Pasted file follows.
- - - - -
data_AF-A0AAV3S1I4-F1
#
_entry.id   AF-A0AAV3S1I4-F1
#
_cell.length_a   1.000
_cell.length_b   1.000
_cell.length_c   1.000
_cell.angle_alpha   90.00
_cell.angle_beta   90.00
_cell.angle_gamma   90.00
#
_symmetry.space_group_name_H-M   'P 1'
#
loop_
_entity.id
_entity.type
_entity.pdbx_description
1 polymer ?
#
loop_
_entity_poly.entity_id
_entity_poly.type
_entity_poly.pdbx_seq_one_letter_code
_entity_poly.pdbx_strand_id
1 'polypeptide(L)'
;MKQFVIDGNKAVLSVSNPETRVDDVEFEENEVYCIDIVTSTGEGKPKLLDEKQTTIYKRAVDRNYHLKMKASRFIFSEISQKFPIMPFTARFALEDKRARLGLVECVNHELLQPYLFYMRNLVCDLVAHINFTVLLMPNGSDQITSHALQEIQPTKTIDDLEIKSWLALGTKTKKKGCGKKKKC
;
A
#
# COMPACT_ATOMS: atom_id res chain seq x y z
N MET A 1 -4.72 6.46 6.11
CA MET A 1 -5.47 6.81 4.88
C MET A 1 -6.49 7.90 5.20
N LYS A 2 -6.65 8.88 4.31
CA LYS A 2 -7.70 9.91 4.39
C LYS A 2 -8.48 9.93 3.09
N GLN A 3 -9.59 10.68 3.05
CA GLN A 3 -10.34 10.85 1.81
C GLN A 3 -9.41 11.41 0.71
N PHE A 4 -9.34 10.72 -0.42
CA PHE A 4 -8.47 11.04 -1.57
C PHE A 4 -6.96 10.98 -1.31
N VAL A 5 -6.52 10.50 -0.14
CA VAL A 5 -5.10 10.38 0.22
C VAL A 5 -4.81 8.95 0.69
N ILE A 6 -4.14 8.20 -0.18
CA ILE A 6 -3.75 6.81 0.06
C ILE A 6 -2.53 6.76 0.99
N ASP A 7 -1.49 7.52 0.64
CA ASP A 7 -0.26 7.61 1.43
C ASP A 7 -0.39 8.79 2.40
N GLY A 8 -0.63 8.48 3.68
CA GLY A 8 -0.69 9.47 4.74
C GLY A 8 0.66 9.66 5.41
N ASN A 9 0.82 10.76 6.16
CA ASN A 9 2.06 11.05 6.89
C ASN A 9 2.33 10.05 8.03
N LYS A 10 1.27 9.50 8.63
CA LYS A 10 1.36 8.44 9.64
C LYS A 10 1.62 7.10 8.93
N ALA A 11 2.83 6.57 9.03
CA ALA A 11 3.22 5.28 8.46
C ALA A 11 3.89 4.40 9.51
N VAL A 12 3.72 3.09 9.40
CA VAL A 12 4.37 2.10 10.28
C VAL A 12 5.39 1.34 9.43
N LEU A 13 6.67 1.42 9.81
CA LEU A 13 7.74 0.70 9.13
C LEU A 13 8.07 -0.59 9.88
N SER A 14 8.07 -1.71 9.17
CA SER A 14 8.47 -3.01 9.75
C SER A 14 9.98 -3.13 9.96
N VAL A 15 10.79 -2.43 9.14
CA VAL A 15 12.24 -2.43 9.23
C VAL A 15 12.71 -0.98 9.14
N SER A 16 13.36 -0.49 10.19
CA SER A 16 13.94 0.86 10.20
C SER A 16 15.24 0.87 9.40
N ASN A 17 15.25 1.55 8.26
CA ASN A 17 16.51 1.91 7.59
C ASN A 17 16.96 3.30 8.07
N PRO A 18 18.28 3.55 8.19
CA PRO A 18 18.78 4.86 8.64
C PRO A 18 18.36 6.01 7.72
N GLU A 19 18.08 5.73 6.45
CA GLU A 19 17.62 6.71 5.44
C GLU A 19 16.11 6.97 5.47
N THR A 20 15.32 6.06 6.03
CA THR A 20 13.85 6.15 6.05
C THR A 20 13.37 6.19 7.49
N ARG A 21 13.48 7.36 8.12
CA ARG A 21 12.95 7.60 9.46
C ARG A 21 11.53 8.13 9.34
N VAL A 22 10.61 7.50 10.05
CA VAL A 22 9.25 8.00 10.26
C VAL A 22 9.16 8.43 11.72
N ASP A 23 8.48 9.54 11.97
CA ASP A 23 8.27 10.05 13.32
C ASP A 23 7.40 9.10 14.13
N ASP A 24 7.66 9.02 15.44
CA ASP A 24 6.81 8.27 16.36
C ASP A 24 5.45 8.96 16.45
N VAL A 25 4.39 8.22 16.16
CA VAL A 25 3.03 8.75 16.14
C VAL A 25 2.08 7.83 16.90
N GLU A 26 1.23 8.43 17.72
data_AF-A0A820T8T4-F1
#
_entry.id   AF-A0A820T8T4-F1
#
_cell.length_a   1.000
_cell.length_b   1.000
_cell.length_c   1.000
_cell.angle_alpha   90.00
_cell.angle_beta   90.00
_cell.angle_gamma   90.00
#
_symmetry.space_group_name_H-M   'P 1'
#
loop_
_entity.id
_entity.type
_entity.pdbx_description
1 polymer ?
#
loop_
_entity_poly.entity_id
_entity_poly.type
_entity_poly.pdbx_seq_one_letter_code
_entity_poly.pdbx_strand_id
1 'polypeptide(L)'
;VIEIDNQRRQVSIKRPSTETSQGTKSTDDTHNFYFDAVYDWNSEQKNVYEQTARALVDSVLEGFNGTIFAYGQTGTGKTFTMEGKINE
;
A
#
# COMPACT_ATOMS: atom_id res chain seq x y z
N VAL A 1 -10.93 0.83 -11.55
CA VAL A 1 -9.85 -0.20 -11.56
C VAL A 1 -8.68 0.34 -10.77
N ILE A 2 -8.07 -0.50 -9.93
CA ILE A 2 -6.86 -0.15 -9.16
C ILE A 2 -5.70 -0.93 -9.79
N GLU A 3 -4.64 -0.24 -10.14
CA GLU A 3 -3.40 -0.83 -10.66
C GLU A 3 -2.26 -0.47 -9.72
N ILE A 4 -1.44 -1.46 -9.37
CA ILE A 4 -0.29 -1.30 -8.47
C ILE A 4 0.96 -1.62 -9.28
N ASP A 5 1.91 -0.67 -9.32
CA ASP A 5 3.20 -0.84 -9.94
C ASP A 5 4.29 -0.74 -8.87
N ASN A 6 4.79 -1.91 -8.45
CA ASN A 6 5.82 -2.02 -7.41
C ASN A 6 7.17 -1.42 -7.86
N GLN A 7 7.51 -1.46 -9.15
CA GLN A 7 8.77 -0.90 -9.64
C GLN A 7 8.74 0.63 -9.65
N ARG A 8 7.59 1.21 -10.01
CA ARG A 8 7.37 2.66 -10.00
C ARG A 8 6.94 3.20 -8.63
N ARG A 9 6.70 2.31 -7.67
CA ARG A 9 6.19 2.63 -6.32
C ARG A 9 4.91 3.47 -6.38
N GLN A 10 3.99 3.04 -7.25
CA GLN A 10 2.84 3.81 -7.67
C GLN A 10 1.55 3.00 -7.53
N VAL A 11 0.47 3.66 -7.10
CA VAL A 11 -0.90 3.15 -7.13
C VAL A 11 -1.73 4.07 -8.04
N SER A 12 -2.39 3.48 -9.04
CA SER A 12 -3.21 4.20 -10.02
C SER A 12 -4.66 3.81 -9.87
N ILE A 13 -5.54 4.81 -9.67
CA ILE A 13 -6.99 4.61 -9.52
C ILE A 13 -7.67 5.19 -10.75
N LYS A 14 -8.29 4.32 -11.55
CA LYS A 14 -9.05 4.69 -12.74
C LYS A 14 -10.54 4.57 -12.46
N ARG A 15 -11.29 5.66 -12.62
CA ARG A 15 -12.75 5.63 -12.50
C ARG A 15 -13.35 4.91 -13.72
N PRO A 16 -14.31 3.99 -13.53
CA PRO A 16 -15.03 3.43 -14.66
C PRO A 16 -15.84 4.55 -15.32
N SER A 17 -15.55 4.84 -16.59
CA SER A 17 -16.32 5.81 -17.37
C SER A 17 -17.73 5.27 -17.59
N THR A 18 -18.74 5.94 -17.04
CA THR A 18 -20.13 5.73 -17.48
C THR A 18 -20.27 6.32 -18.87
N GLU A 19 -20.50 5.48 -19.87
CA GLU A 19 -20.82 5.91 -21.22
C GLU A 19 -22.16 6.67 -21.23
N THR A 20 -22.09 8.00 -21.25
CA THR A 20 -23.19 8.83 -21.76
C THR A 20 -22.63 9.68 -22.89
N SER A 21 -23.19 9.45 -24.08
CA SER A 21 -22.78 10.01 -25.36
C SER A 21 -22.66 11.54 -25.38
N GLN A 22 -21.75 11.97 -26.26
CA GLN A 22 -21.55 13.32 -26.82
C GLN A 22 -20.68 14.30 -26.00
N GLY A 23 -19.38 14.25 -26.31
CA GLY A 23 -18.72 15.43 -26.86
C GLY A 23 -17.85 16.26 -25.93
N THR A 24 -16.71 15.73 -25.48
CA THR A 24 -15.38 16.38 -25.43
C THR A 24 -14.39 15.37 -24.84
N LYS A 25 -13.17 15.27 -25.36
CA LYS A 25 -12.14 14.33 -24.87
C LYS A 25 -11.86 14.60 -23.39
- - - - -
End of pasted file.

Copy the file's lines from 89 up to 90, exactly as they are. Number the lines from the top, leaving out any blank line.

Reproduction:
CA THR A 20 13.85 6.15 6.05
C THR A 20 13.37 6.19 7.49